14 Feb 2006 - by I. Atamuradova, V. Yemelin, P. Rekacewicz, UNEP/GRID-Arendal
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Radioactive, chemical and biological hazards in Central Asia Radioactive, chemical and biological hazards in Central Asia
The Soviet development model for Central Asia was based on building large-scale irrigation schemes enabling the region to become a major cotton producer and expanding the mining and processing industry. Industrial operations in the region paid little attention to the environment and public health, resulting in the accumulation of pollutants in the local environment. Today, not only active industrial facilities constitute a threat to environment, ...
16 Mar 2006 - by Philippe Rekacewicz, UNEP/GRID-Arendal
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Radioactive waste in Taboshar Radioactive waste in Taboshar
The Taboshar uranium mining site stands on the southern edge of the Kuramin Mountains close the Uzbek - Tajik border. The site consists of a non - rehabilitated open mine, dismantled production buildings, and three tailing sites storing 10 m tones of low grade processed uranium ore. The town of Taboshar with its 12000 inhabitants is only a few kilometers away.
16 Mar 2006 - by Philippe Rekacewicz, UNEP/GRID-Arendal
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Metal production in the South Kyrgyz mines of the Ferghana Valley Metal production in the South Kyrgyz mines of the Ferghana Valley
In the soviet period the industrial operations paid little attention to environment or public health, resulting in the accumulation of pollutants in the local environment. Because of their vulnerability to natural hazards, previous history of accidents, and their position along water courses and in the vicinity of towns and cities in transboundary areas, tailing dumps at both active and closed mining enterprises constitute an environmental as wel...
16 Mar 2006 - by Viktor Novikov, UNEP/GRID-Arendal
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Industrial pollution and waste hotspots in the Ferghana Valley Industrial pollution and waste hotspots in the Ferghana Valley
Mercury mining, uranium mining, chemical and textile industries, oil facilities and processing plants which contribute to the contamination of the soil with highly toxic heavy metals are recognized as environmental challenges in the region. Even though past spills and contaminations have caused tensions between the different countries of the region, officials do not consistently regard environmental pollution by existing facilities as a security ...
16 Mar 2006 - by Philippe Rekacewicz, UNEP/GRID-Arendal
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Number of people in the mining sector in selected countries in Sub-Saharan Africa Number of people in the mining sector in selected countries in Sub-Saharan Africa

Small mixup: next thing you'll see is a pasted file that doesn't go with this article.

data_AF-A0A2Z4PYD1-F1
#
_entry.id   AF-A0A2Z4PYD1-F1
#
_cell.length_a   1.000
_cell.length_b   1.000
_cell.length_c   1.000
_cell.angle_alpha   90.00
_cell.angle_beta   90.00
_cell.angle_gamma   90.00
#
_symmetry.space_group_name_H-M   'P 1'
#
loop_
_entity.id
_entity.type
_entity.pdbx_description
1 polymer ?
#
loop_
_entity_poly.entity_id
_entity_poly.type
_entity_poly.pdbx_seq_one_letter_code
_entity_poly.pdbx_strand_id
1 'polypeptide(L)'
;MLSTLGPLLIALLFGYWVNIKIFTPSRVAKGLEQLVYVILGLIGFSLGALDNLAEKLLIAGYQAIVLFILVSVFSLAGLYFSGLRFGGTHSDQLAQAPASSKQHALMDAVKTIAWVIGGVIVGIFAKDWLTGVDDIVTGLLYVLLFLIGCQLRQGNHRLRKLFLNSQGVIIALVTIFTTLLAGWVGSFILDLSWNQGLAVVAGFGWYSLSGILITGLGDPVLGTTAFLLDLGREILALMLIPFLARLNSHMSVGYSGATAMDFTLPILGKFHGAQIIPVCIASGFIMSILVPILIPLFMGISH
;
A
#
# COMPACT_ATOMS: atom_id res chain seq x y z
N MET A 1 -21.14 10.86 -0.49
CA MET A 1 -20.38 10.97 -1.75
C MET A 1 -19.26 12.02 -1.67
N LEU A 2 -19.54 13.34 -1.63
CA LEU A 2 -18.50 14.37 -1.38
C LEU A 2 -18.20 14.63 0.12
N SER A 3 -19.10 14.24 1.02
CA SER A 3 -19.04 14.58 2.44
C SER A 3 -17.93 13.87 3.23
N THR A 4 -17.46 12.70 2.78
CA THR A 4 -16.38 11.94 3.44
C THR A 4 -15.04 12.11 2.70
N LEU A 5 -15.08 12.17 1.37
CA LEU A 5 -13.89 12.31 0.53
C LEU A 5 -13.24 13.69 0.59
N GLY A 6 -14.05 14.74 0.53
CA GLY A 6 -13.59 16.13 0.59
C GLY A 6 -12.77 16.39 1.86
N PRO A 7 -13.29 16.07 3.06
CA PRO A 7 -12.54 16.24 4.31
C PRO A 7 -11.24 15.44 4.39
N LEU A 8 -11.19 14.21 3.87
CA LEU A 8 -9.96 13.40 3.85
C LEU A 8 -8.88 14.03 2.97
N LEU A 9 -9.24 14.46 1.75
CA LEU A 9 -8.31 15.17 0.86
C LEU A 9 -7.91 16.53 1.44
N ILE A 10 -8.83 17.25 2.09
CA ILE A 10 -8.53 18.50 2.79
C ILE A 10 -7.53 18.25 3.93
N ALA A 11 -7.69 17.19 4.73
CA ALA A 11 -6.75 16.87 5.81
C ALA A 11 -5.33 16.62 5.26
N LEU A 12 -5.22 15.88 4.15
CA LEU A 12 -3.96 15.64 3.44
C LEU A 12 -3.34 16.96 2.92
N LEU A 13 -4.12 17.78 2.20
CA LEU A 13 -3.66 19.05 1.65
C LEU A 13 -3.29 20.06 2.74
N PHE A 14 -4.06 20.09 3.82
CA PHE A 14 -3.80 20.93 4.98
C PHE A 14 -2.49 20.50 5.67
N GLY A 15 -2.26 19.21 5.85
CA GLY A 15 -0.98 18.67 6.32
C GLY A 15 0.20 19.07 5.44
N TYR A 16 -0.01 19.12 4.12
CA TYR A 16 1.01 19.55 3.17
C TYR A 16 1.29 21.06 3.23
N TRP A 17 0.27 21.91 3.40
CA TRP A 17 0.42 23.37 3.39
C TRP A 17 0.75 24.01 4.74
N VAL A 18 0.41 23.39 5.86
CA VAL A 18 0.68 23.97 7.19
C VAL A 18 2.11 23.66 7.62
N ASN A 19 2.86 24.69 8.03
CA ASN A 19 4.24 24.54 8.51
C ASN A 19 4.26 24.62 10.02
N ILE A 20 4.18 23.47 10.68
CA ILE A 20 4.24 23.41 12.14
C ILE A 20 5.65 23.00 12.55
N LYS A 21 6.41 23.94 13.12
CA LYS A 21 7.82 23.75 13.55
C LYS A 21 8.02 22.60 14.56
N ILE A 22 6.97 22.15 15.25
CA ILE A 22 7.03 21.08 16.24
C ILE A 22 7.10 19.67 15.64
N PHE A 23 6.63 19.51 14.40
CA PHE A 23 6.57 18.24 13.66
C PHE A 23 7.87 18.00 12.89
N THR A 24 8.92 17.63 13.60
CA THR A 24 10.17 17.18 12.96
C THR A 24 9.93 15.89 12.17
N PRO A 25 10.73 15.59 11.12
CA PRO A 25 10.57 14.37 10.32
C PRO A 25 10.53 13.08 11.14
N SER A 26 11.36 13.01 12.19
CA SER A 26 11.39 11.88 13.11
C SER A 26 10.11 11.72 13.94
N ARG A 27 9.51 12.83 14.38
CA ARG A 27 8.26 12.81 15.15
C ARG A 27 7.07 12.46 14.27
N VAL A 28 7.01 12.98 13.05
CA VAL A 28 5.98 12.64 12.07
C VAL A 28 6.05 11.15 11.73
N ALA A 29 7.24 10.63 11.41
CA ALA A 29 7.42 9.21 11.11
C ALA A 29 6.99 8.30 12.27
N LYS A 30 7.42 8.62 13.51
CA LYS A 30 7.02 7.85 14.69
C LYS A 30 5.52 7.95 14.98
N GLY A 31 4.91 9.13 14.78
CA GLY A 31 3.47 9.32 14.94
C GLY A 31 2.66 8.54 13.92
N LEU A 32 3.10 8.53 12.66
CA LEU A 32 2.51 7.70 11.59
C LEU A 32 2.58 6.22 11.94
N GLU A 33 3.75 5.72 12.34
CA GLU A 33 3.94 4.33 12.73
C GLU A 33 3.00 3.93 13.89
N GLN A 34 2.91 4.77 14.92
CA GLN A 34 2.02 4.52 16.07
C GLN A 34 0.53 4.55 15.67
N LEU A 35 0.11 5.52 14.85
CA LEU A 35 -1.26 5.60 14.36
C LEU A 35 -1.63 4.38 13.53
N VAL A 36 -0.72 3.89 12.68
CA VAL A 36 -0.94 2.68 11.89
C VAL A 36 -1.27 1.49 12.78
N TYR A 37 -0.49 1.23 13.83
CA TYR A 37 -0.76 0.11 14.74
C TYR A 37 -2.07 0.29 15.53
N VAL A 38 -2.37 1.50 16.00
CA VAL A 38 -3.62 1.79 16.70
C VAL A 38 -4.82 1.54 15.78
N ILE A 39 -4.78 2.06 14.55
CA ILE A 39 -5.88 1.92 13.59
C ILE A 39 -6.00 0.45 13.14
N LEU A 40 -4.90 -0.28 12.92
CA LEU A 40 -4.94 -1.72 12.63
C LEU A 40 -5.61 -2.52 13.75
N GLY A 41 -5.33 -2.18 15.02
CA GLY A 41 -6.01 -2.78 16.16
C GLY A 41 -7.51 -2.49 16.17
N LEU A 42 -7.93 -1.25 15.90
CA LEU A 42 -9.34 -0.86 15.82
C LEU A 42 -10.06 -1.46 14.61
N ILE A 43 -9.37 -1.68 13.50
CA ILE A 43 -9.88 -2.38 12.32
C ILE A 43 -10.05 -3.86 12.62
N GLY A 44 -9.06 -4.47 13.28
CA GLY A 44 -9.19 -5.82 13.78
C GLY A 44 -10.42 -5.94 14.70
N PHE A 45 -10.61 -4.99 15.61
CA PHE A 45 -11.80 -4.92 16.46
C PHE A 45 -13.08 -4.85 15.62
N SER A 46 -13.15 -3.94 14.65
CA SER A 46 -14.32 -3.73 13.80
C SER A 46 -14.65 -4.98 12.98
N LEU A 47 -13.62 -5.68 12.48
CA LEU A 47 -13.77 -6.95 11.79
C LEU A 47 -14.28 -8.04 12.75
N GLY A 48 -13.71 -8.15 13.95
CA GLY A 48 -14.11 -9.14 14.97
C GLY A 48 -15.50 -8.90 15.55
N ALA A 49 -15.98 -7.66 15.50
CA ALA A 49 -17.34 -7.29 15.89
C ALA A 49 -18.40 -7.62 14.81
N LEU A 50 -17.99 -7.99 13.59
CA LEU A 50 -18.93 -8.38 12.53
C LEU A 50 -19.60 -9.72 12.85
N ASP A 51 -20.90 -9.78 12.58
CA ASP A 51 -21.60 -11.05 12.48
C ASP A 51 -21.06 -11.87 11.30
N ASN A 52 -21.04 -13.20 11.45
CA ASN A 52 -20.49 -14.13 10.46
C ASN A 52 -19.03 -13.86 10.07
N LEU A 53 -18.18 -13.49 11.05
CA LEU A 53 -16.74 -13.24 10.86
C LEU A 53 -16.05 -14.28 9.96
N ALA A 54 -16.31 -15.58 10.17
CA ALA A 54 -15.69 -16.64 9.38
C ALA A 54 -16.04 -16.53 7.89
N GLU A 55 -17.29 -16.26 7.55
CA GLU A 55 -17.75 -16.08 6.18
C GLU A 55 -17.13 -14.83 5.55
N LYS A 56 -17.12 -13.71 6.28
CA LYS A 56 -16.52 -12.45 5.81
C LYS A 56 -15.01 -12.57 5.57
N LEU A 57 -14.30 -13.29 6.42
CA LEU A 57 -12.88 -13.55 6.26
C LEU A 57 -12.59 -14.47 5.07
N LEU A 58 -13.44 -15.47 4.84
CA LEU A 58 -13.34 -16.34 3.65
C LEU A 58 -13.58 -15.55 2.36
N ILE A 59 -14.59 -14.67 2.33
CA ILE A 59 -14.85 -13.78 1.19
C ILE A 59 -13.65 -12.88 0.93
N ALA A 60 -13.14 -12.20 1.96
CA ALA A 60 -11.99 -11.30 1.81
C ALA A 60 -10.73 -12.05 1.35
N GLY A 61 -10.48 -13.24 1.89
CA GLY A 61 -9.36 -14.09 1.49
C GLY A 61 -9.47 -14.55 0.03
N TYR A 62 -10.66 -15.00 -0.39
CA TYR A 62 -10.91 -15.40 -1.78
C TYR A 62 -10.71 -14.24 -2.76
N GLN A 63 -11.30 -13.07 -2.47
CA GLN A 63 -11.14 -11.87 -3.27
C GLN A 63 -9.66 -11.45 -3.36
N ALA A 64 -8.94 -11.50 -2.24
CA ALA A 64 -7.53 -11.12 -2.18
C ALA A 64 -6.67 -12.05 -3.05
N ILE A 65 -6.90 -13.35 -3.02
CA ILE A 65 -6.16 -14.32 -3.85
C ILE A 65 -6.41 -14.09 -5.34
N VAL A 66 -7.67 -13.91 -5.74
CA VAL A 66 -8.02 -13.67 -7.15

There is 1.5 million small-scale miners estimated to work within whole SADC region. Main countries for small-scale mining activities are Tanzania miners and Zimbabwe, where more people are involved in the small-scale, rather than in the large- and medium-scale mining industry.
02 Nov 2006 - by Hugo Ahlenius, UNEP/GRID-Arendal
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Government revenues from diamond exports in Sierra Leone Government revenues from diamond exports in Sierra Leone
The government of Sierra Leone saw a total of USD 5.2 million (2004) in revenues from diamond related activities. This comes in the form of mining, dealer and export license fees and from export taxes. To feed some of the revenues back to poor communities, the Diamond Areas Community Development Fund (DACDF) has been set up, with an annual commitment of 25% of revenue from export taxes. The intention is that this money will be dedicated to commun...
02 Nov 2006 - by Hugo Ahlenius, UNEP/GRID-Arendal
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Fossil fuel resources and oil and gas production in the Arctic Fossil fuel resources and oil and gas production in the Arctic
The Arctic has been opened up for increased exploration of petroleum, gas and mining activities. The Barents Sea, the Mackenzie Valley in Canada and the Alaskan North Slope, are the areas of chief interest at the moment. With increased temperatures and climate change, it is expected that the commercial intrest for more extraction and exploration will increase, as well as shipping of the products. As sea ice decreases, the shipping lanes will beco...
06 Dec 2006 - by Philippe Rekacewicz & Hugo Ahlenius UNEP/GRID-Arendal
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Changes in economic structure for selected countries Changes in economic structure for selected countries
While traditional natural resource sectors such as agriculture, forestry, and fisheries are still important in industrial-country economies, the relative economic and political significance of other sectors has grown as a result of the ongoing transition from agricultural to industrial and service economies.
30 Nov 2007 - by Philippe Rekacewicz, Emmanuelle Bournay, UNEP/GRID-Arendal
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Unsustainable water withdrawals for irrigation Unsustainable water withdrawals for irrigation
The imbalance in long-term water budgets necessitates diversion of surface water or the tapping of groundwater resources. The areas shown with moderate-to-high levels of unsustainable use occur over each continent and are known to be areas of aquifer mining or major water transfer schemes.
30 Nov 2007 - by Philippe Rekacewicz, Emmanuelle Bournay, UNEP/GRID-Arendal